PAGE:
Superfund Research Program
Indoor Air Concentration Dynamics and Vapor Intrusion
Project Leader: Eric M. Suuberg
Grant Number: P42ES013660
Funding Period: 2009-2021
Studies and Results
This project is focused on providing a better understanding of organic vapor exposure pathways and involves two complementary activities. One is related to gaining a better understanding the properties of the tar-like contaminant mixtures found on a great many Superfund and brownfields sites, and the other is concerned with "vapor intrusion" into structures built atop or near organics contaminated sites.
The researchers have looked into very basic questions concerning the thermodynamic properties of what are commonly termed "tars" or "tar mixtures." These contaminants are composed of what are termed polycyclic aromatic hydrocarbons (PAHs), several of which are already identified as carcinogens. The question that needs further examination is: How do people come into contact with the harmful PAHs? Except for those who work with tars, ordinary contact with skin is not the main concern. Rather, it is the vaporization of the more volatile components that can then be inhaled or trapped onto inhaled dusts or the dissolution into groundwater that is then consumed. The researchers study what is termed the partitioning of such compounds into air and water. During 2013, they published two book chapters on the topic (J. Fu, J.W. Rice, E.M. Suuberg, "Phase Behavior and Thermochemical Properties of Polycyclic Aromatic Hydrocarbons and Their Derivatives" and J.W. Rice, J. Fu, E.M. Suuberg, "Thermodynamic and Phase Behavior of Polycyclic Aromatic Hydrocarbon Mixtures," both in the Handbook of Polycyclic Aromatic Hydrocarbons: Chemistry, Occurrence, and Health Issues, New York: Nova Publishers) and a refereed paper (Fu, Jinxia and Eric M. Suuberg. 2013. Thermochemical and vapor pressure behavior of anthracene and brominated anthracene mixtures. Fluid Phase Equilibria. 342:60-70. [Abstract]) on the complicated phase behavior of polycyclic aromatic mixtures. The last cited article is an example of how the researchers' interests evolved to including compounds of concern in connection with use of brominated flame retardants.
This project also continues a major effort in the direction of developing modeling tools for characterization of vapor intrusion of hazardous materials from in-ground sources. During 2013, the researchers published 12 refereed papers on the topic of vapor intrusion and indoor air quality-related problems. One example of their work is a review paper they prepared on the topic (Yao, Yijun, Rui Shen, Kelly G. Pennell, and Eric M. Suuberg. 2013. A review of vapor intrusion models. Environmental Science & Technology. 47(6):2457-2470. [Abstract]). The purpose of this work is to develop mathematical modeling tools to the point that they become a usual part of field investigations of vapor intrusion. The researchers have explored issues ranging from how transient events, such as rainfall, influence the phenomena, to how biodegradation of contaminants in the soil can help mitigate the problem. Project researchers have also developed simple approximation methods that can be utilized in lieu of running the actual numerical code. As part of this effort, they presented two workshops, co-sponsored with the Northeast Waste Management Officials Association (NEWMOA), that introduced regional (state-level) regulators and environmental consultants to the advantages that such modeling work can offer in understanding the hazard posed by vapor intrusion to homes or businesses built atop contaminated sites.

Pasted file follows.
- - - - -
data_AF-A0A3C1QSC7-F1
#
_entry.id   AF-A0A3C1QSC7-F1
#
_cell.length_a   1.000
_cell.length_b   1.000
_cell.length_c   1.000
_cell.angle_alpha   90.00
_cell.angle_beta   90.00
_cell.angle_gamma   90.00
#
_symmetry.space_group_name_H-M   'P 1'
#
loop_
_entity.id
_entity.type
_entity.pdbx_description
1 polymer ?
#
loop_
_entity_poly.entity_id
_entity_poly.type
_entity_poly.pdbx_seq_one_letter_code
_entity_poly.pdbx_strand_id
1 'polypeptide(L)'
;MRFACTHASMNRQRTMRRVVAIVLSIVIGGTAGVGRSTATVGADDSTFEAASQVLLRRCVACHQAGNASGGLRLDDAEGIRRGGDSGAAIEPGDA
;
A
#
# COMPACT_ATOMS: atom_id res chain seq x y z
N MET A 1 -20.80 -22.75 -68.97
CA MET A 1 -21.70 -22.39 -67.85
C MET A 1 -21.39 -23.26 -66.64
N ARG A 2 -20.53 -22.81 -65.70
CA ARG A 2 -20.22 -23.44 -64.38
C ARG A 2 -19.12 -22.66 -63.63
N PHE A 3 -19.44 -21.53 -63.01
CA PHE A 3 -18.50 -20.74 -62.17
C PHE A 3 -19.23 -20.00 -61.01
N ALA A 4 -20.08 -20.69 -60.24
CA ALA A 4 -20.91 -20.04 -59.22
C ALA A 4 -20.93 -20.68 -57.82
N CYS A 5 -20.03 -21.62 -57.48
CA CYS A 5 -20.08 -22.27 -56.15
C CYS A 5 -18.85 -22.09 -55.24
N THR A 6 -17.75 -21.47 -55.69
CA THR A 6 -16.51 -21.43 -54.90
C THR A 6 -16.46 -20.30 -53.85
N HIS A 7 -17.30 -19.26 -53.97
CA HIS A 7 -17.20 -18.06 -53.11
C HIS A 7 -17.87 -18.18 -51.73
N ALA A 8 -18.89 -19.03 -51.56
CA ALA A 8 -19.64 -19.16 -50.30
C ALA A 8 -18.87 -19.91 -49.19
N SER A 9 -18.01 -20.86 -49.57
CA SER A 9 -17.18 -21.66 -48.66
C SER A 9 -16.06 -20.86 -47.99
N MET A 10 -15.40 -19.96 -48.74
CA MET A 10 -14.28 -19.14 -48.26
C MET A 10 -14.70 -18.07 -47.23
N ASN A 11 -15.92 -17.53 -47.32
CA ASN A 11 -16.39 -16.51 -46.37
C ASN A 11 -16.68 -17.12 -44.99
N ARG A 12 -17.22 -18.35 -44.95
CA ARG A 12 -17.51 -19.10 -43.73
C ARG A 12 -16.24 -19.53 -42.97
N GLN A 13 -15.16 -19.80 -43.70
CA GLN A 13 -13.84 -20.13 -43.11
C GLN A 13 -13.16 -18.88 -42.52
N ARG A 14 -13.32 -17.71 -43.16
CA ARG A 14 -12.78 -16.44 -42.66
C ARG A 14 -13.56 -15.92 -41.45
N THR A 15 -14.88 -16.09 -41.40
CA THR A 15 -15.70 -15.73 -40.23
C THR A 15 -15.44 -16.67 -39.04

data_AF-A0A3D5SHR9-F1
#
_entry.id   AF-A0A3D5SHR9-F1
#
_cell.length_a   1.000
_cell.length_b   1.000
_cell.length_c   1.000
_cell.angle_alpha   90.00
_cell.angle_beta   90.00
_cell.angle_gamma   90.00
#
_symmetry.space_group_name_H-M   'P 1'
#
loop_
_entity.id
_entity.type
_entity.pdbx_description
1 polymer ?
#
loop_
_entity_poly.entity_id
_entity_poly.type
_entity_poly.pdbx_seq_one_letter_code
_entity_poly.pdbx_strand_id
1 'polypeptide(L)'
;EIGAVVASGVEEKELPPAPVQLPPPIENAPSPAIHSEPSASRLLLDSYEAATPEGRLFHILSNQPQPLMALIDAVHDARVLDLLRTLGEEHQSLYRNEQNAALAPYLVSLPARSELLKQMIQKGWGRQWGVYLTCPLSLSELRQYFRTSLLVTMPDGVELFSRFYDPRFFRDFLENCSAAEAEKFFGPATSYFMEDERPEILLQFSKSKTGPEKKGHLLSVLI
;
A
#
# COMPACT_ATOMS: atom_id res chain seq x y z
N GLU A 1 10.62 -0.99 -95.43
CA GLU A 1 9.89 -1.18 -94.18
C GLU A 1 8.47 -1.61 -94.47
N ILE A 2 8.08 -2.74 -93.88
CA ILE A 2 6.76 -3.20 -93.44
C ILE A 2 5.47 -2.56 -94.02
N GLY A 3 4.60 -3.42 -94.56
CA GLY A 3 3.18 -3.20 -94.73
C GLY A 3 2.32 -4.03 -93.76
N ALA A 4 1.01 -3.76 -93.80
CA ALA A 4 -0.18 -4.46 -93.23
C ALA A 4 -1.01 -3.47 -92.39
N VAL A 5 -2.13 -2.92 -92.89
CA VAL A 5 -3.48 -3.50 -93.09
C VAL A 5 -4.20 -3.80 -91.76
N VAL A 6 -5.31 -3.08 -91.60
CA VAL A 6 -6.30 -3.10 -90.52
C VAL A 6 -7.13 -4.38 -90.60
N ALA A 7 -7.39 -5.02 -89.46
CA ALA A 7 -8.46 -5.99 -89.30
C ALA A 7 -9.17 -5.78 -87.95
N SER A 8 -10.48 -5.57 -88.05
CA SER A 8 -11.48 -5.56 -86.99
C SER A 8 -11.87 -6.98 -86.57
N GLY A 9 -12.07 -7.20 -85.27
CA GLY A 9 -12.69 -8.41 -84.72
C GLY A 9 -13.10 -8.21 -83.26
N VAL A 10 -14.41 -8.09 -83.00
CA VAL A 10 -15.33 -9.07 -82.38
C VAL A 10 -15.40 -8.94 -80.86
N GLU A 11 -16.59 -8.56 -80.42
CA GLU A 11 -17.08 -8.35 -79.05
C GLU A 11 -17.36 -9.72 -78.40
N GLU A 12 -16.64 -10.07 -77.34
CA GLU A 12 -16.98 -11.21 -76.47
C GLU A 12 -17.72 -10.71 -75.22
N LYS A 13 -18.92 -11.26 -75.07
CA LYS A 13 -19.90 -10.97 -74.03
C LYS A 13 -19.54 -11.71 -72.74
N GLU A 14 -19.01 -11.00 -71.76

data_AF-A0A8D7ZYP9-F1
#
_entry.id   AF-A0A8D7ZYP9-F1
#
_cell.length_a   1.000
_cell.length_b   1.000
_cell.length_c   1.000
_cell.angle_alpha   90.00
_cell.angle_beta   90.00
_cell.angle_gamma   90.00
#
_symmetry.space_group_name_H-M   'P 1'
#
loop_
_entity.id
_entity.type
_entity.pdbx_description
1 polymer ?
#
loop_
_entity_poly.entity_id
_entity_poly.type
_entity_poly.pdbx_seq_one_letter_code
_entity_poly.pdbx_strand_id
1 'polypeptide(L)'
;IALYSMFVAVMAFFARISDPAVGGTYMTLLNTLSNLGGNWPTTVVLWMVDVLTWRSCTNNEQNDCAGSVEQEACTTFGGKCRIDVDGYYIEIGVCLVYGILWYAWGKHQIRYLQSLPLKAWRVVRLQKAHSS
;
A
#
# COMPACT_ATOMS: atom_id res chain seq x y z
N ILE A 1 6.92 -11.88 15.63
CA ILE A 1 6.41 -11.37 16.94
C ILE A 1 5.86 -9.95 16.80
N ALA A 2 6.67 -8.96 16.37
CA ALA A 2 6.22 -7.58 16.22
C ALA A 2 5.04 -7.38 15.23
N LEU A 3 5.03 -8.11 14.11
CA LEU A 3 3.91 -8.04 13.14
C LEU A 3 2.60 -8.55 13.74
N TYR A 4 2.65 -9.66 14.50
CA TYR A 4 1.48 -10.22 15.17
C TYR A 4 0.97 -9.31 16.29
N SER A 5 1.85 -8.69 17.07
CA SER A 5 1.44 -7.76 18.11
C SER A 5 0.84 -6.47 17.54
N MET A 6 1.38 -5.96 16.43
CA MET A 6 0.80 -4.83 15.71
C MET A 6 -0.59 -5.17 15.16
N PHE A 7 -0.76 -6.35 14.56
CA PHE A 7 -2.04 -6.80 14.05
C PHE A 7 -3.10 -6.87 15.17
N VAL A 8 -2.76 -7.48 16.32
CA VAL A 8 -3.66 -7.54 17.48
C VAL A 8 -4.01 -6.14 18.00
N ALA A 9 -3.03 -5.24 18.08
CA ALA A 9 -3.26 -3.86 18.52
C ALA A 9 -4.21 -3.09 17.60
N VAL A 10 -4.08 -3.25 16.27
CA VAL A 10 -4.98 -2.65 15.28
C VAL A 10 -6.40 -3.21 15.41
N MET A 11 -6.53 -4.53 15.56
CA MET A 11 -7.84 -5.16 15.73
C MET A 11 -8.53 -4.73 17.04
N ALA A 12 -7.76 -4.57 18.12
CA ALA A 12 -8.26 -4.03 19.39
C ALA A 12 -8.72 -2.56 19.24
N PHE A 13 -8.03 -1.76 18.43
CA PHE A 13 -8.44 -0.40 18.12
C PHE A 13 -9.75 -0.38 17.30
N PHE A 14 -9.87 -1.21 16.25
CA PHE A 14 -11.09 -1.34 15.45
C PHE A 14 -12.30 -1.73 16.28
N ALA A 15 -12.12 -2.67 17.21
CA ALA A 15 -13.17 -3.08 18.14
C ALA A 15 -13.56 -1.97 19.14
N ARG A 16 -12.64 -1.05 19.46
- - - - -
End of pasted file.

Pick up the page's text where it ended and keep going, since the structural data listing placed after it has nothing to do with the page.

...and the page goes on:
This work has spun off a new series of projects concerned with use of passive samplers for characterizing sediment contamination. The relationship to the main thrust of this project is the fact that PAHs are often characterized using such methods. Two refereed papers describe the application of different passive sampling modalities to the problem (e.g., Perron, Monique M., Robert M. Burgess, Eric M. Suuberg, Mark G. Cantwell, and Kelly G. Pennell. 2013. Performance of passive samplers for monitoring estuarine water column concentrations: 1. Contaminants of concern. Environmental Toxicology and Chemistry. 32(10):2182-2189. [Abstract]), and Jim Rice received a K.C. Donnelly award on this topic. (Jim is involved in both this project and the program's Research Translation Core; see a description of this in the Research Translation Core report.
The significance of these efforts is in the direction of helping better characterize exposure pathways of people to contaminants that have been released to the environment surrounding where they live and work. Broadly speaking, the work falls into the general area of understanding fate and transport of contaminants in the environment. More specifically, the vapor intrusion research is aimed at helping better characterize the scope of the problem at particular sites. Right now, environmental practitioners in the field rely heavily upon empirical characterization procedures, which fail to always provide complete enough understanding of the problem, particularly on complex sites (and thus limit the choice of mitigation or remediation approaches). Mathematical models offer much greater insight into what drives the processes of contaminant vapor entry into structures and promise to be an important addition to the field practitioners' tools for assessing the risk posed by vapor intrusion. Meanwhile, providing reliable thermodynamic data on contaminants of concern is always valuable to those who need to understand and model the exposure routes. Here, the focus on mixtures is the critical aspect since the existence of many contaminants together often leads to unexpected exposure profiles that cannot be predicted from earlier single component studies.